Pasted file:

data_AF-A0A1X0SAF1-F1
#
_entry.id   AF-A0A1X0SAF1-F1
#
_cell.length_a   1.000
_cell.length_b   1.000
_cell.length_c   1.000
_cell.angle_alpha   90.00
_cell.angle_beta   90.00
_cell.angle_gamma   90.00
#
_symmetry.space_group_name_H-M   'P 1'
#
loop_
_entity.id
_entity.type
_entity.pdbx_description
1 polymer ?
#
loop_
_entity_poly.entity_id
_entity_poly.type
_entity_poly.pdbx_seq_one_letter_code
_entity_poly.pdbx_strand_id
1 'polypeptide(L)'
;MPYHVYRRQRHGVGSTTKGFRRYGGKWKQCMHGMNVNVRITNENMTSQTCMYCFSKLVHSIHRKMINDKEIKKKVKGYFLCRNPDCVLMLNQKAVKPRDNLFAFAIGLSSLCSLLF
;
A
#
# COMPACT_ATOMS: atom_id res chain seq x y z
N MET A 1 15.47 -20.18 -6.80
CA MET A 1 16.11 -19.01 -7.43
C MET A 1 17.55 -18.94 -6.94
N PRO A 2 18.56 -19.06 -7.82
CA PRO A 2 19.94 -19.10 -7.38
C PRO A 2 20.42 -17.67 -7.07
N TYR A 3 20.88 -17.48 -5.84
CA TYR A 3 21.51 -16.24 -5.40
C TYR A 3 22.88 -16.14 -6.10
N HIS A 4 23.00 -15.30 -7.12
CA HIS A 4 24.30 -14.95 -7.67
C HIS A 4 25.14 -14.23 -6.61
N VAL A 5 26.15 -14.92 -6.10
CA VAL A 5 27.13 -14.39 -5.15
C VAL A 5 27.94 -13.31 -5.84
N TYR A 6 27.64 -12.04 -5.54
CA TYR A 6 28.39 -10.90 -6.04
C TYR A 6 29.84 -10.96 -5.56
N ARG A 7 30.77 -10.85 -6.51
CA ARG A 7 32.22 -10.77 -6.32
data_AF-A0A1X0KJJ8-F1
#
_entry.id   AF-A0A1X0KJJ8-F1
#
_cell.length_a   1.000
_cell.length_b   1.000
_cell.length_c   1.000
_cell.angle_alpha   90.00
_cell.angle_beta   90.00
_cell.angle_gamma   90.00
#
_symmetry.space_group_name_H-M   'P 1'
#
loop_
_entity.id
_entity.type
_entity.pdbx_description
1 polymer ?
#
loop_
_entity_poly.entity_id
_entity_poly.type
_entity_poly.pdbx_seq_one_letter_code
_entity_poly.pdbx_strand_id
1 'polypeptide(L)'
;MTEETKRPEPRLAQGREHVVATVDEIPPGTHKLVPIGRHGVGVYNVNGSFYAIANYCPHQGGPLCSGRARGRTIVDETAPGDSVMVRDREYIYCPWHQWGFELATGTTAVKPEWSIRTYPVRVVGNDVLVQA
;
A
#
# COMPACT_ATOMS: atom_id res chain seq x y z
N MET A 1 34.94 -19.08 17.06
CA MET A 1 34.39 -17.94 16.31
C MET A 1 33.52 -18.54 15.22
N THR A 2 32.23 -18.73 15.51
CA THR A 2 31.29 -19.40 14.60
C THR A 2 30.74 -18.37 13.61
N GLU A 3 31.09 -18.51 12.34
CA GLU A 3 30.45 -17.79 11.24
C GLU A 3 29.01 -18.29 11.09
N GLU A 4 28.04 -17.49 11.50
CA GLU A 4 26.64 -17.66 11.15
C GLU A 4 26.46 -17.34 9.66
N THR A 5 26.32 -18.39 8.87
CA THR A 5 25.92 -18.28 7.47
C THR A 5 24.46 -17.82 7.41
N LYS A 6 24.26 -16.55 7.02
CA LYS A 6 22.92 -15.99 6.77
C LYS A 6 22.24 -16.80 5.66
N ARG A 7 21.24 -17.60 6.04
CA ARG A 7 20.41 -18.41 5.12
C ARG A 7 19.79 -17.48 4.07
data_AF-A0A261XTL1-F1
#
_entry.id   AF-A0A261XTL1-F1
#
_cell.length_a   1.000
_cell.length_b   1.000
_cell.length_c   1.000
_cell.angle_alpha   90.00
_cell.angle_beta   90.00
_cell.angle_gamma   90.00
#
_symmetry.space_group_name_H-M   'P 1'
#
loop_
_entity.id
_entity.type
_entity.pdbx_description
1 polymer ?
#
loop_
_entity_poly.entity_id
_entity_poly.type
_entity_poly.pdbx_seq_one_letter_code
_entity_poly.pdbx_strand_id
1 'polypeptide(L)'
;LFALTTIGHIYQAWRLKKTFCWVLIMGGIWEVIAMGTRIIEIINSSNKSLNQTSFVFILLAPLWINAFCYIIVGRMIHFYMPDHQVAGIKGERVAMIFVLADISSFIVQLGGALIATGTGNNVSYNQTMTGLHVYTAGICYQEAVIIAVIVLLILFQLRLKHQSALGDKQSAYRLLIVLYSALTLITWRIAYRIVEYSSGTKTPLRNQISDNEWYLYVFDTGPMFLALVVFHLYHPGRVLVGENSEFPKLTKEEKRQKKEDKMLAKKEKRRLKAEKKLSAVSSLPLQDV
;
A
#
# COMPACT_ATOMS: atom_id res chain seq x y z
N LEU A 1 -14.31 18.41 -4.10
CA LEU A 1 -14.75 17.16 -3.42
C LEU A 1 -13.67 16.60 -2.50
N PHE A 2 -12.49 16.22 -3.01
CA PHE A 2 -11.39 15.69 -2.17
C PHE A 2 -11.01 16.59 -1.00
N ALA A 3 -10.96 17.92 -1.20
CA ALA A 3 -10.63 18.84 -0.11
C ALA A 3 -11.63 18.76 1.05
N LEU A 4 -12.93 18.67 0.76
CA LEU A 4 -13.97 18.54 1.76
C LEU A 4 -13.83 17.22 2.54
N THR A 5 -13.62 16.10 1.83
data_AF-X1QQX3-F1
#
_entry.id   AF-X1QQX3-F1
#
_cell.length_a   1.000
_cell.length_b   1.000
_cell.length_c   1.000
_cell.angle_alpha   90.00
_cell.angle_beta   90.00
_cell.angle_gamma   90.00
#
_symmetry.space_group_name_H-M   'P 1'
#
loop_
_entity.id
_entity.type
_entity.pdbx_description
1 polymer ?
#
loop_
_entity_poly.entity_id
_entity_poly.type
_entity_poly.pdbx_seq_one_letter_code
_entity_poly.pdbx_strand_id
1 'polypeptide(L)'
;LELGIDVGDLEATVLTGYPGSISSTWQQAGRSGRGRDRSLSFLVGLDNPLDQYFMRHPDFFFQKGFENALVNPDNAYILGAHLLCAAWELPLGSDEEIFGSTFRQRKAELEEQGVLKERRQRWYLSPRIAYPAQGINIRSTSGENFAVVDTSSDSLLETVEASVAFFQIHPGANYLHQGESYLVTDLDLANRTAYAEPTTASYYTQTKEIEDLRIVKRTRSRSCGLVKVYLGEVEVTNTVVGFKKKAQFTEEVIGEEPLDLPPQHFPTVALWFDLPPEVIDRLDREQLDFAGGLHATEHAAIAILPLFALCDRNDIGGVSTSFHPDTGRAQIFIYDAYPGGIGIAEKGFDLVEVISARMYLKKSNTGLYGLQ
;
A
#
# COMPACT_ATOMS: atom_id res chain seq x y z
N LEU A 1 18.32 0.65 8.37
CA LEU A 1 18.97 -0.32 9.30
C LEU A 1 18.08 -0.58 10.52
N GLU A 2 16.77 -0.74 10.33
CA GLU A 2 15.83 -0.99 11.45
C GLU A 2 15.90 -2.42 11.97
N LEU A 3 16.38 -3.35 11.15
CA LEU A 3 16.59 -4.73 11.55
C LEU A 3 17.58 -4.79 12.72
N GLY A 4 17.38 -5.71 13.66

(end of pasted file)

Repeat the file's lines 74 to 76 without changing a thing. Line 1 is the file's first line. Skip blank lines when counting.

_entity_poly.pdbx_strand_id
1 'polypeptide(L)'
;MTEETKRPEPRLAQGREHVVATVDEIPPGTHKLVPIGRHGVGVYNVNGSFYAIANYCPHQGGPLCSGRARGRTIVDETAPGDSVMVRDREYIYCPWHQWGFELATGTTAVKPEWSIRTYPVRVVGNDVLVQA